using the economic stimulus package to accelerate the greening of america

I just received the following note from the global warming advocacy group 1 Sky. The MLK connection may be a bit forced, but I really like their idea of tying the inevitable Economic Stimulus Package that Congress is going to pass too green technology, renewable energy, mass transit, and the associated job training. Here’s their suggestion:

When Dr. Martin Luther King Jr. was assassinated 40 years ago in Memphis, he was calling for a campaign that would unite the poor and working classes of all races behind a shared economic future. Today, in the face of global warming, persistent poverty, widening income gaps, increasing outsourcing, and economic instability, it is time to unite around a vision of shared economic prosperity in a clean, green America. It’s time for Dr. King’s dream to be reborn, not only to meet the still-lingering challenges of his time but also the unique challenges of ours.

Today, as Congress prepares a giant Economic Stimulus Package, there is no better way to honor Dr. King’s memory and continue his struggle than to demand that Congress go green and go equal in the stimulus. We have the unique opportunity to promote green-collar jobs and pathways out of poverty through targeted investments in energy efficiency, mass transit, and a Clean Energy Corps to provide Americans with jobs and service opportunities to reduce energy consumption, boost our economy, and tackle climate change. We have a unique window of opportunity — please take action and honor Martin Luther King Jr. today!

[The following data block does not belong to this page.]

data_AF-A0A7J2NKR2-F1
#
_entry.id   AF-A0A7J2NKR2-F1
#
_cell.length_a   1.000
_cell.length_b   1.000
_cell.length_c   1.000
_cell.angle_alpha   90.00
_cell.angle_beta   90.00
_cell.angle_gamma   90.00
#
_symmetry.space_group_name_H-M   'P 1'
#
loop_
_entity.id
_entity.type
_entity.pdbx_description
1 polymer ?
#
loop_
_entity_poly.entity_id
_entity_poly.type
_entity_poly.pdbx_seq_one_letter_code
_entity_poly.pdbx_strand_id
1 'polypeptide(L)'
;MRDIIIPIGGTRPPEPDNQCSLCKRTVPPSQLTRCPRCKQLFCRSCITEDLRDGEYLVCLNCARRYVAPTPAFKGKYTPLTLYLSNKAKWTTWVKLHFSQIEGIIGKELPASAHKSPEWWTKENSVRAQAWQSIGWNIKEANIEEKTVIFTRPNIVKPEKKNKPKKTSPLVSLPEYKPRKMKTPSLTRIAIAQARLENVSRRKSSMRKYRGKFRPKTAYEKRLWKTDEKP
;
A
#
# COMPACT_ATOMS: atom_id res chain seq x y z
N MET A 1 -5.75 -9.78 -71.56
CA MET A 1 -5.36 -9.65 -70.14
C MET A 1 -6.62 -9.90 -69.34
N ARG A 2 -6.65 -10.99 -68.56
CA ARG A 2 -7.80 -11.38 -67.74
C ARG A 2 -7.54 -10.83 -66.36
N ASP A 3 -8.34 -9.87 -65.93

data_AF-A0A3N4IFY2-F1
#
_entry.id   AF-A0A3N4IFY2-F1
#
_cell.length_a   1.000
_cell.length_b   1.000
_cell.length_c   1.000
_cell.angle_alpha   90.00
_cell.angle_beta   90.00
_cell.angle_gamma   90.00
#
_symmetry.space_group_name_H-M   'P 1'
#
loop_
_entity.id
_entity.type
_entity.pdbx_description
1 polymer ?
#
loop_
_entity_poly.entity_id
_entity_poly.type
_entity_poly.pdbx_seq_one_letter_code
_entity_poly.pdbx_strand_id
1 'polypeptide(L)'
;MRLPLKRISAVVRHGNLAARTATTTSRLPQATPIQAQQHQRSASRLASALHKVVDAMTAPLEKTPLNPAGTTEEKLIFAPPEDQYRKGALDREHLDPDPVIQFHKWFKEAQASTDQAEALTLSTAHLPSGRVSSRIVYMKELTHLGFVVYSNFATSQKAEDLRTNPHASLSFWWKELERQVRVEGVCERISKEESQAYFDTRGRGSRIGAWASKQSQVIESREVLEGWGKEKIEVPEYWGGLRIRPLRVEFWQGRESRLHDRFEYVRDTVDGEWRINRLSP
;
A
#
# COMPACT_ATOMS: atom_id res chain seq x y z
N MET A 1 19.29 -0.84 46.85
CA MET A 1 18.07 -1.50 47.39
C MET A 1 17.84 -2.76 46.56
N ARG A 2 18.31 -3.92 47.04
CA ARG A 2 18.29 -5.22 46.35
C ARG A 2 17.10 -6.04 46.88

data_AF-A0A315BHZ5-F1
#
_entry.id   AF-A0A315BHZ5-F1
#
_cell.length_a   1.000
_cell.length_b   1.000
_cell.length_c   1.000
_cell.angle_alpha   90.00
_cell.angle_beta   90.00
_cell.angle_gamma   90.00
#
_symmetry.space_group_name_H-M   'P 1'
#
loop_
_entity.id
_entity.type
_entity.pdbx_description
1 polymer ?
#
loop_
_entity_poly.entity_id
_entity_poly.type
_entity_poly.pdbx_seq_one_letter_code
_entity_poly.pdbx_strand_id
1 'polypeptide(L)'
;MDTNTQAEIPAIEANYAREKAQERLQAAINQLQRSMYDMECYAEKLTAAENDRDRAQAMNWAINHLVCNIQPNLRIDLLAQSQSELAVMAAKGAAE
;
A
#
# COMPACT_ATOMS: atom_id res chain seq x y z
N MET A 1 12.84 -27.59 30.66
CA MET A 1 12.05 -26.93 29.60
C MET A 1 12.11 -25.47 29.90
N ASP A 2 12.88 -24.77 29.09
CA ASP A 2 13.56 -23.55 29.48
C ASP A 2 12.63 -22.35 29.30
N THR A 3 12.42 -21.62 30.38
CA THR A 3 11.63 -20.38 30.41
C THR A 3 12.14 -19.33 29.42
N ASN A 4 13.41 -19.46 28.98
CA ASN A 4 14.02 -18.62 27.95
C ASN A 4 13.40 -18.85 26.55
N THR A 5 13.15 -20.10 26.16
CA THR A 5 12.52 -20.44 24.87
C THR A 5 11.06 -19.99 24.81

Click here to sign a petition urging Congress to go Green for All in the Economic Stimulus Plan.

We have an opportunity to act boldly to strengthen American energy independence, invest in clean and sustainable energy sources, and take aim at global warming — all while putting hundreds of thousands of Americans to work. Help spread the word and put pressure on Congress to focus on solutions to the recession that also achieve longer-term economic prosperity, equal opportunity, and a sustainable energy economy…

My New Year’s resolution was not to sign any more online petitions, but I think this is a brilliant idea. Hopefully they get some traction with it.

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5 Comments

  1. Posted January 22, 2008 at 7:43 am | Permalink

    Maybe I’m just overly cynical, but this smells like a Bushie trojan horse to me.

    “Oh, of course the stimulus package is going to take the form of massive tax cuts and investment incentives targeted at the wealthy and at large corporations – there’s just no question about that. But, look, what if we attach the word ‘green’ to it? We can still send all of this money to our friends at GE and BP, but we can do all that while getting credit for helping out the environment!”

    Sure, that sounds fantastic. But how about a counter-point, from Salon.com’s environment & globalization writer Andrew Leonard?

    most economists are saying pretty much the same thing: Get some tangible cash into the hands of those Americans who need it most and would spend it quickly, boosting overall demand and giving the economy a kick in the pants. In practical terms, a rescue package could include such elements as tax rebates, an extension of unemployment benefits, and higher food-stamp allowances.